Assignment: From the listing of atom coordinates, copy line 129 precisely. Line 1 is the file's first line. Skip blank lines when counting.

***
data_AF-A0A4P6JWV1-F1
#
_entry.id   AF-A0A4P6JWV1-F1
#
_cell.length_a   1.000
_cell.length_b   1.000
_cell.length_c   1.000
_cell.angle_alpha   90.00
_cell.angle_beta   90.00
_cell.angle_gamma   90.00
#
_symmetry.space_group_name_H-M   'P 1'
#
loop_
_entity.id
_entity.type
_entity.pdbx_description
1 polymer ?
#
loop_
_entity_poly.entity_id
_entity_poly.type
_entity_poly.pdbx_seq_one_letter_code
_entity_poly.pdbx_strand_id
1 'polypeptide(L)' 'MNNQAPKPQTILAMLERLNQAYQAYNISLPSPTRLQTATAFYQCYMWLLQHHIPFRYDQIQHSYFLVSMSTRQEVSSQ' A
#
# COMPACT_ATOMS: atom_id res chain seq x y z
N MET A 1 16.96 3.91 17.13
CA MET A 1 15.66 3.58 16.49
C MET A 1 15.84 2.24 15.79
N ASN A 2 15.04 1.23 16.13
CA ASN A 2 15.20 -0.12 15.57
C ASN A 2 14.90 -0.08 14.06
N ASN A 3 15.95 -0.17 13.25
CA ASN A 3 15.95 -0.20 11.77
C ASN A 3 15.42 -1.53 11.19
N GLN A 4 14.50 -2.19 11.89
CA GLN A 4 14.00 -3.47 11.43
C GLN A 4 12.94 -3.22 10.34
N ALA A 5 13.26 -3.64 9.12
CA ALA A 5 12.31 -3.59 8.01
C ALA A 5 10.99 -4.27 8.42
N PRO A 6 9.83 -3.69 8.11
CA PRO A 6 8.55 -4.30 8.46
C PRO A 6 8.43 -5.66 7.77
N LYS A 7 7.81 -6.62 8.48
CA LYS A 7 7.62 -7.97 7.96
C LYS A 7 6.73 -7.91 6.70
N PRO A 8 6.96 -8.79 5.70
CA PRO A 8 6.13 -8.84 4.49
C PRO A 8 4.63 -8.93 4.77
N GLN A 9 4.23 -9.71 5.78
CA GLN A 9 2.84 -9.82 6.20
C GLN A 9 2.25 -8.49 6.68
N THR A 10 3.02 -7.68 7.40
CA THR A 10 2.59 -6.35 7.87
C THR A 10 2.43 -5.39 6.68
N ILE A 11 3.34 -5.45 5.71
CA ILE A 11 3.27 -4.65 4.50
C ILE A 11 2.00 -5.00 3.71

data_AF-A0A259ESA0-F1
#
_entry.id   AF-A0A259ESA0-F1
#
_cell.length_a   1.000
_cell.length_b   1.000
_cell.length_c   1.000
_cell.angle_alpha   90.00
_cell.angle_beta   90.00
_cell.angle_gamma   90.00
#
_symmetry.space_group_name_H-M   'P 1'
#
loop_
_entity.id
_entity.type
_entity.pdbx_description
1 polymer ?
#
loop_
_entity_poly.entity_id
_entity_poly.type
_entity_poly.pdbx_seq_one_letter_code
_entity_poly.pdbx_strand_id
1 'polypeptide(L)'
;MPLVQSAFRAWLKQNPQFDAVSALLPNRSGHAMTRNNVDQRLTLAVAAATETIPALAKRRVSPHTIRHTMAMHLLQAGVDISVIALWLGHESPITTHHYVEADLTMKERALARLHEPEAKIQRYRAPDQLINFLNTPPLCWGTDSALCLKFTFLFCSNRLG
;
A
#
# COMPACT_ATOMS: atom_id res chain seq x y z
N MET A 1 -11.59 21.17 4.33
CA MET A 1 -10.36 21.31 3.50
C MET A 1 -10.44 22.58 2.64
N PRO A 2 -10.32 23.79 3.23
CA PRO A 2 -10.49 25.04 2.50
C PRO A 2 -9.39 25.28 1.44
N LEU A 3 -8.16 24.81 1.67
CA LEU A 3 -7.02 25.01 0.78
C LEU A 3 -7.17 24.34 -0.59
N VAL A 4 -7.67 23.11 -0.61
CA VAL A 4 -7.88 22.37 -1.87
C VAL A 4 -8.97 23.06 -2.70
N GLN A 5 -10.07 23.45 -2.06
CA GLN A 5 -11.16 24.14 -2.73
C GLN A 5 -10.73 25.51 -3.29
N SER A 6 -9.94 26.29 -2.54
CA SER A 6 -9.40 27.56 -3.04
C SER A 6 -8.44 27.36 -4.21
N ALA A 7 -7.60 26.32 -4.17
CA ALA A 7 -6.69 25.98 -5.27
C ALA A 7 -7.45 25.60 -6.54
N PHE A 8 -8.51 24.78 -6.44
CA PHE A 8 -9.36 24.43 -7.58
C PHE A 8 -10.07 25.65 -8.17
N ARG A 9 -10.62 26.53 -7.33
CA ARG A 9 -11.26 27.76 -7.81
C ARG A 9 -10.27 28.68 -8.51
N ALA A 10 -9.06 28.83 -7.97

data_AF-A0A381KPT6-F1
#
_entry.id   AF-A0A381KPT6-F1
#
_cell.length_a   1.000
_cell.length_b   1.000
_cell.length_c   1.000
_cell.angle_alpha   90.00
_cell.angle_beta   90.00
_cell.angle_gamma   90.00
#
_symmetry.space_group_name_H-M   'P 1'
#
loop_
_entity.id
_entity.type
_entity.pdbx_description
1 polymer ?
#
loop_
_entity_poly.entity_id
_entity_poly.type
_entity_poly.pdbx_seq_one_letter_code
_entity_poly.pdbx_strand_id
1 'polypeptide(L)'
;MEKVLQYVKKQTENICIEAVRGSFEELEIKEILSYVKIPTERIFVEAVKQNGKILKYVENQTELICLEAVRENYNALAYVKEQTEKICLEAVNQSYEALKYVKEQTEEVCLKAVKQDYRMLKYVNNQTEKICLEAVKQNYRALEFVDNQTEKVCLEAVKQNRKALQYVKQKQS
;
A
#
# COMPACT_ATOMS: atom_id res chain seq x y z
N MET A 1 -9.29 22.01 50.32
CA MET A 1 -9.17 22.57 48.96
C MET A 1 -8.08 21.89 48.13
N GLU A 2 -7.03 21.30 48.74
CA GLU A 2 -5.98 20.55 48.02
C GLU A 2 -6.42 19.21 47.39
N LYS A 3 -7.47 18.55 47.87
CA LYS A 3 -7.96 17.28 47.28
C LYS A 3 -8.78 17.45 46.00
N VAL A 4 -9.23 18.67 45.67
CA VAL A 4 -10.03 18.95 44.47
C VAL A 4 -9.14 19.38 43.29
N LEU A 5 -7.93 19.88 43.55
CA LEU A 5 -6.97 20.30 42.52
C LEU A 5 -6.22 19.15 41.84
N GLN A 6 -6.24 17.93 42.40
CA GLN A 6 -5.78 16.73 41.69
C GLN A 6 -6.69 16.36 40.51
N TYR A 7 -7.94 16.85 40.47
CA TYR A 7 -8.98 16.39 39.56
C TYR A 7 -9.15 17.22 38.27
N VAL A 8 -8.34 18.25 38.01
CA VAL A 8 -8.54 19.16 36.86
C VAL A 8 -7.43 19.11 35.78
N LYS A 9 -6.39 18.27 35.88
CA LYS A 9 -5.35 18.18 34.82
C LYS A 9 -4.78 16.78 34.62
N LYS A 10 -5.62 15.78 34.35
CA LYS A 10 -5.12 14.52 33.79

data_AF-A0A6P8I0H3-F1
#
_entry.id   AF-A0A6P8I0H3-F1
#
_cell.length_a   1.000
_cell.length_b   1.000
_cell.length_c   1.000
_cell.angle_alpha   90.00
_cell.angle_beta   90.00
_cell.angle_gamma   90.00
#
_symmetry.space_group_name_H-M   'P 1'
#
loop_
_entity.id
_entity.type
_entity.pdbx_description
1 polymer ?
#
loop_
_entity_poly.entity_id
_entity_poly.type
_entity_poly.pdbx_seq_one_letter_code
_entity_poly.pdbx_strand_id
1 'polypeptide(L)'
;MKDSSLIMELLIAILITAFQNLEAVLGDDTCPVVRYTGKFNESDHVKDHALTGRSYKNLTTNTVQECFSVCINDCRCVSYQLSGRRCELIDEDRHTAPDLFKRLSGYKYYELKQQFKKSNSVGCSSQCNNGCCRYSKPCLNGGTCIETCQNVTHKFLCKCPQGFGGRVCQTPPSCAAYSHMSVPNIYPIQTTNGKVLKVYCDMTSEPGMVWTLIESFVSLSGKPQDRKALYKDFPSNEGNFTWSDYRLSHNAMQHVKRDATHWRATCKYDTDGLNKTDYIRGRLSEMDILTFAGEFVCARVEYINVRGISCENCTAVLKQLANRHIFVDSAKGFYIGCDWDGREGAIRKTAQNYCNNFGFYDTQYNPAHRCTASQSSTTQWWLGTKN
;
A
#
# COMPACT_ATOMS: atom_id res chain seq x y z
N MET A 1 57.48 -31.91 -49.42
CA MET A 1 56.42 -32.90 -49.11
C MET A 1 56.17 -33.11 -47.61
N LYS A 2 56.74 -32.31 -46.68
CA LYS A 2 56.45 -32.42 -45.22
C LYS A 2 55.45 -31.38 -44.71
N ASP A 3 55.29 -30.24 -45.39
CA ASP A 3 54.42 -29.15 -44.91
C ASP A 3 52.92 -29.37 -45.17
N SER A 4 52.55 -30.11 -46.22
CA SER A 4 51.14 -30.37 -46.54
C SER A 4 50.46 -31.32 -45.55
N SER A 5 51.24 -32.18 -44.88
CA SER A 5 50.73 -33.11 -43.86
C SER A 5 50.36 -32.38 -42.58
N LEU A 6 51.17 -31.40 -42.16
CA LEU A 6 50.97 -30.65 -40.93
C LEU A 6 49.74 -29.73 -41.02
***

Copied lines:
#